A data management plan is invaluable to researchers and to their universities. "You should plan at the outset for managing output long-term," said Reid Boehm, research data management librarian at University of Houston Libraries.
At the University of Houston, research data generated while individuals are pursuing research studies as faculty, staff or students of the University of Houston are to be retained by the institution for a period of three years after submission of the final report. That means there is a lot of data to be managed. But researchers are in luck – there are many resources to help navigate these issues.
Is your data…
- Active (constantly changing) or Inactive (static)
- Open (public) or Proprietary (for monetary gain)
- Non-identifiable (no human subjects) or Sensitive (containing personal information)
- Preservable (to save long term) or To discard in 3 years (not for keeping)
- Shareable (ready for reuse) or Private (not able to be shared)
The more you understand the kind of data you are generating the easier this step, and the next steps, will be.
When you are ready to write your plan, the first thing to determine is if your funders or the university have data management plan policy and guidelines. For instance, University of Houston does.
It is also important to distinguish between types of planning documents. For example:
A Data Management Plan (DMP) is a comprehensive, formal document that describes how you will handle your data during the course of your research and at the conclusion of your study or project.
While in some instances, funders or institutions may require a more targeted plan such as a Data Sharing Plan (DSP) that describes how you plan to disseminate your data at the conclusion of a research project.
Consistent questions that DMPs ask include:
- What is generated?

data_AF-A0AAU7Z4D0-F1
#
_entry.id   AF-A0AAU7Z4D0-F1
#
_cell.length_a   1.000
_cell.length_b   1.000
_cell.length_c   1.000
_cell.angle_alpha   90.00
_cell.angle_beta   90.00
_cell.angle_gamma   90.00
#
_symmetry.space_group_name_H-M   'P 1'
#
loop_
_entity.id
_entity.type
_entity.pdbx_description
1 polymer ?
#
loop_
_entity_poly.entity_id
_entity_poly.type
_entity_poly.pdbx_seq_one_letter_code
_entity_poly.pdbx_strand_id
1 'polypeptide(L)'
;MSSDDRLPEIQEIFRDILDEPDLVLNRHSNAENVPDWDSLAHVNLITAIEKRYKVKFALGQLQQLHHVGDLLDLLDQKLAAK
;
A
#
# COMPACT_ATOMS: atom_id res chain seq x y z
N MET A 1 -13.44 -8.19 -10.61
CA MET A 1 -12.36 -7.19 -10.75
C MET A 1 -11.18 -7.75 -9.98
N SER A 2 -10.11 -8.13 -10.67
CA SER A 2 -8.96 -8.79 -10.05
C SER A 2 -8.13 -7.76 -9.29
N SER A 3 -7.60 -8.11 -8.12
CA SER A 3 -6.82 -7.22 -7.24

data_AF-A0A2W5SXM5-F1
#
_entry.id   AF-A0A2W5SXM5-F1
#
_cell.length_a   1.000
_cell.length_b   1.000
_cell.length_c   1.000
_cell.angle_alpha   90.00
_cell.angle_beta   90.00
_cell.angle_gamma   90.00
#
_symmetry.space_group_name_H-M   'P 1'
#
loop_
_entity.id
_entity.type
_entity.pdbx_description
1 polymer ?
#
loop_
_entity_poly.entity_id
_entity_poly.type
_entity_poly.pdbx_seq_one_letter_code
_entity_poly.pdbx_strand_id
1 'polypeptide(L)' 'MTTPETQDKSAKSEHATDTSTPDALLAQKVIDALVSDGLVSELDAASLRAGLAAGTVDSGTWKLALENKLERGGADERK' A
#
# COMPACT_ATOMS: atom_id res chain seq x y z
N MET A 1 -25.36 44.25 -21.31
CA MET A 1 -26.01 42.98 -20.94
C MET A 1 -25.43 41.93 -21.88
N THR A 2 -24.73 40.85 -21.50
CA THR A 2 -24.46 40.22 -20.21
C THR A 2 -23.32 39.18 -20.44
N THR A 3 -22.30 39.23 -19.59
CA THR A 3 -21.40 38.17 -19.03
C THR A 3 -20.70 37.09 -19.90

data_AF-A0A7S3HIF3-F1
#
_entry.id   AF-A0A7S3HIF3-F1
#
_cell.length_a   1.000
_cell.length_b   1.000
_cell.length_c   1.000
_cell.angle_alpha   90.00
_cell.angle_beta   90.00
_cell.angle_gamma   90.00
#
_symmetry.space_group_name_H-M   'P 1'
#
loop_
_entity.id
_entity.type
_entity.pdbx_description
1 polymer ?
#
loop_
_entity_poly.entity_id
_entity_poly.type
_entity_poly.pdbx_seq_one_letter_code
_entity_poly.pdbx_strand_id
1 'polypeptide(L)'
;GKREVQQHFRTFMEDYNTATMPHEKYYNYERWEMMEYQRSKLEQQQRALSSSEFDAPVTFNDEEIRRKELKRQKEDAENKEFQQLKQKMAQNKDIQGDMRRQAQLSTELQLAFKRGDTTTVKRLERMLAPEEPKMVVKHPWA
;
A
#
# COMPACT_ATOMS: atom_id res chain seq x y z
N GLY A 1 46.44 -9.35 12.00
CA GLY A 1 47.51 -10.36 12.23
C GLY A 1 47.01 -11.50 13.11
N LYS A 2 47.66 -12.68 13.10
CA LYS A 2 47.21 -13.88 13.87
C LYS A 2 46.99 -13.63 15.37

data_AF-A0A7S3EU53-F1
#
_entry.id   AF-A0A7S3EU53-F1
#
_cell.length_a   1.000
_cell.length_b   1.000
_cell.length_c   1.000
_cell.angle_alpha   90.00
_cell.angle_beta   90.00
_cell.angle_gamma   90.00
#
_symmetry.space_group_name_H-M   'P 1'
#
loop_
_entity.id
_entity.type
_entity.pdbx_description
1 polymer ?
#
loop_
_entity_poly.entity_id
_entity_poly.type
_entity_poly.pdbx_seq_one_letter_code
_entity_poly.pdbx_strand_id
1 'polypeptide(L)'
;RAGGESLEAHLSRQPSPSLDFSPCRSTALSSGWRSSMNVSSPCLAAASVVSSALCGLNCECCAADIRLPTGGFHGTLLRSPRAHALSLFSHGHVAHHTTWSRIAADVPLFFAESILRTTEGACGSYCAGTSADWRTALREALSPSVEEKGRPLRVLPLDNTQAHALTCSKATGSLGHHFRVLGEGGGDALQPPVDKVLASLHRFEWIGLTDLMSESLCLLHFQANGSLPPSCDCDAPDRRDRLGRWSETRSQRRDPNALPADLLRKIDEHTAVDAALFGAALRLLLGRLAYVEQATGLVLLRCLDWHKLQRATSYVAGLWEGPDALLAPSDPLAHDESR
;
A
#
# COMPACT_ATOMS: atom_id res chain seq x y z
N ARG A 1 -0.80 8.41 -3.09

- How is it securely handled? and
- How is it maintained and accessed long-term?
However it's worded, data is critical to every scientific study.
Pre-proposal planning resources and support at UH Libraries include a consultation with Boehm. "Each situation is unique and in my role I function as an advocate for researchers to talk through the contextual details, in connection with funder and institutional requirements," stated Boehm. "There are a lot of aspects of data management and dissemination that can be made less complex and more functional long term with a bit of focused planning at the beginning."
When you get started writing, visit the Data Management Plan Tool. This platform helps by providing agency-specific templates and guidance, working with your institutional login and allowing you to submit plans for feedback.
Post-project resources and support involve the archiving, curation and the sharing of information. The UH Data Repository archives, preserves and helps to disseminate your data. The repository, the data portion of the institutional repository Cougar ROAR, is open access, free to all UH researchers, provides data sets with a digital object identifier and allows up to 10 GB per project. Most most Federal funding agencies already require this type of documentation (NSF, NASA, USGS and EPA. The NIH will require DMPs by 2023.
Start out strong
Remember, although documentation is due at the beginning of a project/grant proposal, sustained adherence to the plan and related policies is a necessity. We may be distanced socially, but our need to come together around research integrity remains constant. Starting early, getting connected to resources, and sharing as you can through avenues like the data repository are ways to strengthen ourselves and our work.
This article originally appeared on the University of Houston's The Big Idea. Sarah Hill, the author of this piece, is the communications manager for the UH Division of Research.